Day 1 of AELPS2018: Wonderful, honest, and compassionate discussions today about open communications, premature conclusions, and diagnostic error. I greatly appreciated the personal stories that were shared and the focus on improving communication across a healthcare team, including the patient and family members.
One area that struck me today was a case study about a missing sponge in the operating room and two different scenarios depending upon whether the team continued to look for the item, or if members of the team were unable to speak up and advocate for the patient. Although I agree that this is an area of great concern and focus, it seemed like the conclusion was to change the ability to communicate, but ultimately neither option appeared correct. Yes, overriding protocol and leaving the operating room with an incorrect count is not the best answer, holding the case and leaving the patient in the operating room under anesthesia is also doing harm. And I would argue that both of these are reactionary and the better option is to prevent this scenario in the first place.
We have come a long way by reviewing key aspects of cases at the pre-operative time out, but many times the nursing, anesthesia, and surgical teams are not aware of the case progress. Similar to policies that minimize nursing disruptions during medication administration, there are critical moments in operations when all team members should be focused on the patient. Distractions could include documenting non-urgent information in the chart, leaving the room to gather other supplies, or changing shifts. Systematically, the operating room should have a shared vision of the case, recognize the responsibilities and roles of all team members, and collectively decide on how to prepare and respond at critical times. To me, the responsibility of a correct count is everyone’s responsibility. The scrub and circulating nurses are physically counting, but the surgeons should be reporting when laps are placed inside the patient and when they come out. The surgeons should also wait to start the case until all equipment is present, as well as make space and time for the nurses to perform safe counts.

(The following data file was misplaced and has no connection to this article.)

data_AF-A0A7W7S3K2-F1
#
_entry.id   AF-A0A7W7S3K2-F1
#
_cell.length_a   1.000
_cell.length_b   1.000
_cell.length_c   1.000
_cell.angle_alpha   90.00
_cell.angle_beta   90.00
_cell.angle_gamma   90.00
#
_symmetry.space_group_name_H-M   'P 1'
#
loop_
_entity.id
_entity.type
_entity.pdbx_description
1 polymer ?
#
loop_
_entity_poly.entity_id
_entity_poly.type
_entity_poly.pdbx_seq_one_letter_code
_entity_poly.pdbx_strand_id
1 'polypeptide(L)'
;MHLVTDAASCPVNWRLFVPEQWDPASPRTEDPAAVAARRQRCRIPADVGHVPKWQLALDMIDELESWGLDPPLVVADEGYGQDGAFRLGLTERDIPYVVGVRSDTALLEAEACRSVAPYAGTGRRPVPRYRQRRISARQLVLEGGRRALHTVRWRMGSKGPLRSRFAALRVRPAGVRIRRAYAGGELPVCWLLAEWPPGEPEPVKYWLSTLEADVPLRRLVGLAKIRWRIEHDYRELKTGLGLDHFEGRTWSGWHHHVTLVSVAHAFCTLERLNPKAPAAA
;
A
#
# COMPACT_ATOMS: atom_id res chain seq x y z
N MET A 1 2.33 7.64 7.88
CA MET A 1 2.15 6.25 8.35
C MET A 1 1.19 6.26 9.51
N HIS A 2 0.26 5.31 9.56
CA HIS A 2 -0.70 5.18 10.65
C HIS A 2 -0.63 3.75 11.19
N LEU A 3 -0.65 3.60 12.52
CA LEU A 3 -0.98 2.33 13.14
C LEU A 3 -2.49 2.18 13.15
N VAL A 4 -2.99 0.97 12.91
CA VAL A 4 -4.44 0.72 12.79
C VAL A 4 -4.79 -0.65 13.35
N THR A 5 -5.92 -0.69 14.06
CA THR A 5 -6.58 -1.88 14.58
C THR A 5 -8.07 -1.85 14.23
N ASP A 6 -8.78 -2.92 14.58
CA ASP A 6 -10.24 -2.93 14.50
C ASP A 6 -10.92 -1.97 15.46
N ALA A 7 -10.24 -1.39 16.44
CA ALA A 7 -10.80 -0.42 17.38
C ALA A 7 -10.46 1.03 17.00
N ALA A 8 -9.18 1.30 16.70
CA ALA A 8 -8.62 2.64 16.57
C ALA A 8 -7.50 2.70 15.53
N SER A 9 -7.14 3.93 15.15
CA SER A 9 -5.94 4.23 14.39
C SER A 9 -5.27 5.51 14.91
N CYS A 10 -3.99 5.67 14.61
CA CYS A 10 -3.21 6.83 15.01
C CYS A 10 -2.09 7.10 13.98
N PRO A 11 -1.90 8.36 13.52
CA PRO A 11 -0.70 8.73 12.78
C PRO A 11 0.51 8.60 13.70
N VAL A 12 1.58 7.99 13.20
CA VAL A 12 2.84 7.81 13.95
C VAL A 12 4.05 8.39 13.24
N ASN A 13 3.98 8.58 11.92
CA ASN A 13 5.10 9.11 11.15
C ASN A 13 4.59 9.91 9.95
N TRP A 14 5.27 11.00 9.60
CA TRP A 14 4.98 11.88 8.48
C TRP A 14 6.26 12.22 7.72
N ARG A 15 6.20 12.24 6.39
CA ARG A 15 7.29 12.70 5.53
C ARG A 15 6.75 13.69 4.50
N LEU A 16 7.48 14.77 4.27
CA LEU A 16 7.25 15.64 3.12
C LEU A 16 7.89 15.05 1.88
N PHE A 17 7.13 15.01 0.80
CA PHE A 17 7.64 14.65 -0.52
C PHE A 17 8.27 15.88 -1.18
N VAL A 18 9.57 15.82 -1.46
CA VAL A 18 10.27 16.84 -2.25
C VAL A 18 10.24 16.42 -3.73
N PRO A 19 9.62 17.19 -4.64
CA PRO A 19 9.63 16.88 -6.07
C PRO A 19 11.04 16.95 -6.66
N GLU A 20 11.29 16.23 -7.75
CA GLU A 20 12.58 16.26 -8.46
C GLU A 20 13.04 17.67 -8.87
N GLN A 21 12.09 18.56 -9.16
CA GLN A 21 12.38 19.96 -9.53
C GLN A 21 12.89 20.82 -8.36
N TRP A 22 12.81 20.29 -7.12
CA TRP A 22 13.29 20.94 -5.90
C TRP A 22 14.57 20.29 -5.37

Staff in the operating room, like the ICU, the ER, or any other patient care area, have dedicated jobs and roles in caring for the patient. While this division of labor is necessary, all of us can put patient care first by ensuring our coworkers can efficiently and safely complete their individual jobs.